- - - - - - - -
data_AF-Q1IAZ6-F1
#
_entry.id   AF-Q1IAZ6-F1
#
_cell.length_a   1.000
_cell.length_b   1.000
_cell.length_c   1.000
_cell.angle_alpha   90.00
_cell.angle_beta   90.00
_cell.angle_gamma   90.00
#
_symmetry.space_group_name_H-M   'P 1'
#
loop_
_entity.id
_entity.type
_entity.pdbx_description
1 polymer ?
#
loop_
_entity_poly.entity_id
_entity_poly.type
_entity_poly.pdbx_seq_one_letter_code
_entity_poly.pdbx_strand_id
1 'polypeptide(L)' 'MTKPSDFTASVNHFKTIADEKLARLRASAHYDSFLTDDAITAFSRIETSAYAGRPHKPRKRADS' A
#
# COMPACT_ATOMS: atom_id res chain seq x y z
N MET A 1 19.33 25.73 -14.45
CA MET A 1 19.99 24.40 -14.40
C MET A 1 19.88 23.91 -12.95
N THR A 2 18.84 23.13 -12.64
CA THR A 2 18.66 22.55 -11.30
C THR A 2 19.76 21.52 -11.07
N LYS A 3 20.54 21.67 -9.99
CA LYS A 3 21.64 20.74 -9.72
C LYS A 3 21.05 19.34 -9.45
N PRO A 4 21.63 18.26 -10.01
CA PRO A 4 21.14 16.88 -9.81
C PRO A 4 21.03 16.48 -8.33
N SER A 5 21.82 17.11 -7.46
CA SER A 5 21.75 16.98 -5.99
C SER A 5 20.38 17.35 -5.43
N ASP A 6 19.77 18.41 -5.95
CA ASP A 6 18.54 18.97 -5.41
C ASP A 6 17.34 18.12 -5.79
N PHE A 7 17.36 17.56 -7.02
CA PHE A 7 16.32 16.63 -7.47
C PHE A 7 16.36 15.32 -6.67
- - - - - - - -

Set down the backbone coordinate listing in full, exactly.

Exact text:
data_AF-Q1IAZ6-F1
#
_entry.id   AF-Q1IAZ6-F1
#
_cell.length_a   1.000
_cell.length_b   1.000
_cell.length_c   1.000
_cell.angle_alpha   90.00
_cell.angle_beta   90.00
_cell.angle_gamma   90.00
#
_symmetry.space_group_name_H-M   'P 1'
#
loop_
_entity.id
_entity.type
_entity.pdbx_description
1 polymer ?
#
loop_
_entity_poly.entity_id
_entity_poly.type
_entity_poly.pdbx_seq_one_letter_code
_entity_poly.pdbx_strand_id
1 'polypeptide(L)' 'MTKPSDFTASVNHFKTIADEKLARLRASAHYDSFLTDDAITAFSRIETSAYAGRPHKPRKRADS' A
#
# COMPACT_ATOMS: atom_id res chain seq x y z
N MET A 1 19.33 25.73 -14.45
CA MET A 1 19.99 24.40 -14.40
C MET A 1 19.88 23.91 -12.95
N THR A 2 18.84 23.13 -12.64
CA THR A 2 18.66 22.55 -11.30
C THR A 2 19.76 21.52 -11.07
N LYS A 3 20.54 21.67 -9.99
CA LYS A 3 21.64 20.74 -9.72
C LYS A 3 21.05 19.34 -9.45
N PRO A 4 21.63 18.26 -10.01
CA PRO A 4 21.14 16.88 -9.81
C PRO A 4 21.03 16.48 -8.33
N SER A 5 21.82 17.11 -7.46
CA SER A 5 21.75 16.98 -5.99
C SER A 5 20.38 17.35 -5.43
N ASP A 6 19.77 18.41 -5.95
CA ASP A 6 18.54 18.97 -5.41
C ASP A 6 17.34 18.12 -5.79
N PHE A 7 17.36 17.56 -7.02
CA PHE A 7 16.32 16.63 -7.47
C PHE A 7 16.36 15.32 -6.67